The system may employ a more complicated recovery sequence than the "stationary recovery" technique. See FIG. 11h. The robot whose move is "in collision" is permitted to try other evasive moves in order to get around the blockage of the move from point A to point B.

Typical of such recovery moves is the "move to a safe point". The algorithm is set so that if a move from point A to point B is disallowed an attempt will next be made to move to a point called "safe". The move from point A to the "safe" point is checked for collisions using the collision-detect algorithm. If the safe move is allowed, the move is performed. If the safe move is disallowed, another "safe" move (to safe 2) can be attempted or the robot can then remain stationary. The prioritized sequence of attempted moves forms a "collision-recovery-table", which is stored as part of the algorithm. At the end of each recovery move, the original move to point B is attempted. If allowed, the move to point B is made and normal operation resumes. If disallowed, the sequence of actions, as dictated by the recovery table, is followed. If the table entries become exhaustive, the robot is forced into stationary recovery.

Another typical recovery move is the "move relative" recovery (see FIG. 11g). Using this approach, the robot is moved in a specified direction from where it is now. For example, assuming the left side of the work space (toward x=zero) is known to be free of obstacles. It might be reasonable to have the algorithm move robot 20, for example, in small increments such as one inch toward the "x=zero" location. At the termination of each move of one inch, the collision situation is reevaluated. If a non-colliding situation is uncovered, the robot can move to its original target. If a "maximum number" of "incremental moves" has been exhausted, this action is considered to have failed and the next entry in the collision-recovery-table is attempted. Specifying a "maximum number of retries" when using the "move relative" recovery technique prevents the robot from being instructed to move beyond the boundaries of its work space.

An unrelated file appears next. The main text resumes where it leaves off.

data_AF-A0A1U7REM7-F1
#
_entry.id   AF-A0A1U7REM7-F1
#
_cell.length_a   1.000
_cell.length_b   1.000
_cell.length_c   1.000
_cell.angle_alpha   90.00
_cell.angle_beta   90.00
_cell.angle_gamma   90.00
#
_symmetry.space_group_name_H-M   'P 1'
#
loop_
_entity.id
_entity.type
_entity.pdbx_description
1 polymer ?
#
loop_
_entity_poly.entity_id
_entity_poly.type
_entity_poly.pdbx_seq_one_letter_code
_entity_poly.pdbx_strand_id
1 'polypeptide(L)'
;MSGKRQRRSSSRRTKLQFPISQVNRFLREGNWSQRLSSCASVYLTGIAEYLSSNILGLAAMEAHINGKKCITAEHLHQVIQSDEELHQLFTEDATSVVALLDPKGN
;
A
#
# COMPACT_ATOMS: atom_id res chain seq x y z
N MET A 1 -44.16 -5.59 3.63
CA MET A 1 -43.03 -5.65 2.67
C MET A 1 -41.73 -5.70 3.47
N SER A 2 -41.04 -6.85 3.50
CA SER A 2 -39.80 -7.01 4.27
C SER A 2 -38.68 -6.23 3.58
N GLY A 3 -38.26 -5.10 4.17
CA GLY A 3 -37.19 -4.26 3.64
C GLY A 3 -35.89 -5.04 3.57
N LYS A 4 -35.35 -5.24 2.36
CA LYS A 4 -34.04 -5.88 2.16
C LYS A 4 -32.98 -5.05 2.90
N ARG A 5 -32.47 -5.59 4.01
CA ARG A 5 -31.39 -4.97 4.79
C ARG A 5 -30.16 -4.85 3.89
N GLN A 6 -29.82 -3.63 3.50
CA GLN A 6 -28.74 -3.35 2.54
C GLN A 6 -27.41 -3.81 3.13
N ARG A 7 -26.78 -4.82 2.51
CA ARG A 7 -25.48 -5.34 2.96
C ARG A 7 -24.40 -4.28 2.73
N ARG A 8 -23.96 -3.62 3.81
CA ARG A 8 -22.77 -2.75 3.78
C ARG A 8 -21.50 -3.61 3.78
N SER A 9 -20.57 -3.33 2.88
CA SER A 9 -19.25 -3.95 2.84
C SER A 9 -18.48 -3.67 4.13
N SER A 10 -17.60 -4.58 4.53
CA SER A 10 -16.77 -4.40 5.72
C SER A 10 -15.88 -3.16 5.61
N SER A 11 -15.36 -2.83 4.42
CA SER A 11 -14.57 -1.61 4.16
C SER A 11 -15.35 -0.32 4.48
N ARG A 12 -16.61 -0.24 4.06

Summarizing, the algorithm of the present invention provide an accurate and rapid means for anti-collision detection in a multiple robot system with fixed obstacles where all of the robots may be moving at substantially the same time. Breaking the anti-collision problem down to a collision-detect phase and a recovery (evasive-action) phase and by further breaking the 3-D collision-detect problem, conducted during the collision-detect phase, into a 2-D xy detection and a 1-D height comparison (which may be omitted in many cases) has led to simplicity of the system design and technique.

The collision detection system of the present invention not only works rapidly but correctly regardless of the number of robots that already "installed" into the world map and works for any combination of moving and stationary robots as well as working in the presence of an arbitrary number of fixed obstacles which are represented as permanently installed "on" bits within the world map. The system determines the possibility of collision during a single collision-detect phase, regardless of the number of "materials" (i.e. "obstacles") present in the world by focussing upon the fact of a non-free space as opposed to determining the specific object causing the collision. Calculation time of the present system is independent of the number of robots and/or fixed articles and depends solely on the "fineness" (i.e. resolution) of the map grids (i.e. number of "bits" required to represent the work envelope) and the area swept out by the proposed moves.

A latitude of modification, change and substitution is intended in the foregoing disclosure, and in some instances, some features of the invention will be employed without a corresponding use of other features. Accordingly, it is appropriate that the appended claims be construed broadly and in a manner consistent with the spirit and scope of the invention herein described.

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Classifications
U.S. Classification700/255, 701/301
International ClassificationB25J9/16, B25J5/00, B25J19/06, B25J19/02, B25J13/00, B25J9/18
Cooperative ClassificationB25J9/1676
European ClassificationB25J9/16S1